The news last week of the death of Regina Mutoko shocked Kenyans from all walks of life. Many remember her as the ever-smiling lady who kept television viewers glued to their screens as she enticed and cajoled the contestants in a game show dubbed ‘Omo Pick a Box’.
However, as tributes continue pouring in, there are career lessons that women and even men can learn from the beautiful and intelligent lady.
Regina, scored an A in her secondary examination at Loreto High School in Limuru and thereafter was among the few girls who were admitted to Moi University, Eldoret, where she undertook a course in Electrical and Communications Engineering, a preserve for the men. By the time she was completing her BSc degree, many of the girls had opted out. In a class of 400 students, only two were female. Regina was among them.
Just, a month after she joined university, she received a call informing her she had qualified as the lead host for Omo Pick a Box. She was torn between her demanding school life and the show.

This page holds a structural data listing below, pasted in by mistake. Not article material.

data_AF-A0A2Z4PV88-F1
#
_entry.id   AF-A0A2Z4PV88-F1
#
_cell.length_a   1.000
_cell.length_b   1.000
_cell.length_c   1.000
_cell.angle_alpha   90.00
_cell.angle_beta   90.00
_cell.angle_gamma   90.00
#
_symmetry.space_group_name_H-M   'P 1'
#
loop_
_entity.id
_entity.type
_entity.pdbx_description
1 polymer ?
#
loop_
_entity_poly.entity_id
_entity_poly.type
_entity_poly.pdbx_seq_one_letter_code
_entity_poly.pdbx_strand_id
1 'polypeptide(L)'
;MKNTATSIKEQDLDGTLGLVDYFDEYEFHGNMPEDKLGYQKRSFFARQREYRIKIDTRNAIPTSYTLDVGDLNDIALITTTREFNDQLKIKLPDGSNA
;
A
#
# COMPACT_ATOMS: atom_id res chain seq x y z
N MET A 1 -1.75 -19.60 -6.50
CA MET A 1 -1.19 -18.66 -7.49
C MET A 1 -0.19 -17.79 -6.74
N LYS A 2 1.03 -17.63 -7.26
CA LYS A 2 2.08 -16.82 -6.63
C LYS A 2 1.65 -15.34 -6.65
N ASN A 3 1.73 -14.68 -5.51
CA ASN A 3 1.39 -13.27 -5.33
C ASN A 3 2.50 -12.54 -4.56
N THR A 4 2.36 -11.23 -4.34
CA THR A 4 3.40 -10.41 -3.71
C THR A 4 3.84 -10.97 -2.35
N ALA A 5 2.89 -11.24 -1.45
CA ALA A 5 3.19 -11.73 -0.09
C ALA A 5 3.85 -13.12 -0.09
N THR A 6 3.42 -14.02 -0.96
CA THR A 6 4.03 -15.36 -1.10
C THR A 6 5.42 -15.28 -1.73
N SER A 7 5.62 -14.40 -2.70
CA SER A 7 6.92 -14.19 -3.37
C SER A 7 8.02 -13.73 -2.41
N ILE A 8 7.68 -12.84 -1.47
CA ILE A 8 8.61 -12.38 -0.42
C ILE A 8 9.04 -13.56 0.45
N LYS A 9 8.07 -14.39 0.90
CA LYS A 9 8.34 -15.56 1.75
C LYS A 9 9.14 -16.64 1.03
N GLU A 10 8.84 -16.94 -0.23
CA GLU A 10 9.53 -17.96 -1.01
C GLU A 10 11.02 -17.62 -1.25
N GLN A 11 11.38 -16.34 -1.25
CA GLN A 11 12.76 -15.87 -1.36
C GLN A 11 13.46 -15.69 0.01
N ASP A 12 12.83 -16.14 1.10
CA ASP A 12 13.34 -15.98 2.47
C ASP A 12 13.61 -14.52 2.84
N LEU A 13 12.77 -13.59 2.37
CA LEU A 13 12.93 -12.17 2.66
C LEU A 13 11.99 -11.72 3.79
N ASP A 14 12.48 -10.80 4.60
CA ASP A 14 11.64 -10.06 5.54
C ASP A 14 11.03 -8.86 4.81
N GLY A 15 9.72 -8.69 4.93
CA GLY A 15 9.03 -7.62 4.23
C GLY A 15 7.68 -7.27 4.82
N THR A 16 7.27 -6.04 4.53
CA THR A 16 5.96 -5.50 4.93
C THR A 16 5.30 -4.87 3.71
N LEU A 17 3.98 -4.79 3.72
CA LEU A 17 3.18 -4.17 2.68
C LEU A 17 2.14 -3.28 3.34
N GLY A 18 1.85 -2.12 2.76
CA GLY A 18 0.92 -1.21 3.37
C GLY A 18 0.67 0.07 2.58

However, through sheer hard work and determination, she juggled between school, internship and the game show. Despite, her busy schedule, Regina passed her examinations and secured a job as a Microsoft Engineer at Fintech Kenya, even before she graduated.
In an interview published in The Standard four years ago, Regina said the best decision she ever made in her early 20s was taking up the job to host the game show. Most of her peers, she said, felt it was too much work juggling between school and the show.
Until she met her death, she was the ICT Director at the United States International University (USIU) where she modernised learning by introducing E-Learning through Blackboard Revolution, a project she pioneered. Her goal was to make USIU a paperless university and she achieved this. She was also a member of the Management Council at the University.
She was also an active participant in mentoring women in sciences and technology through Microsoft women empowerment programme, DigiGirlzDay alongside other bigwigs in ICT like Njeri Rionge.
As women clamour for gender equity at leadership level, Regina who was 39 years old and practised martial arts for fitness, demonstrates that women have all it takes to conquer the male dominated jobs and careers through hard work, determination and zeal.
Though gone, her wit, mien and charming personality will always echo in this world. Her legacy will live on. The team she mentored at USIU will be the footprints she leaves behind. Her pet project Blackboard Revolution, which she kicked off at USIU to the more than 5,000 students, will not go as a footnote in the history books but a chapter.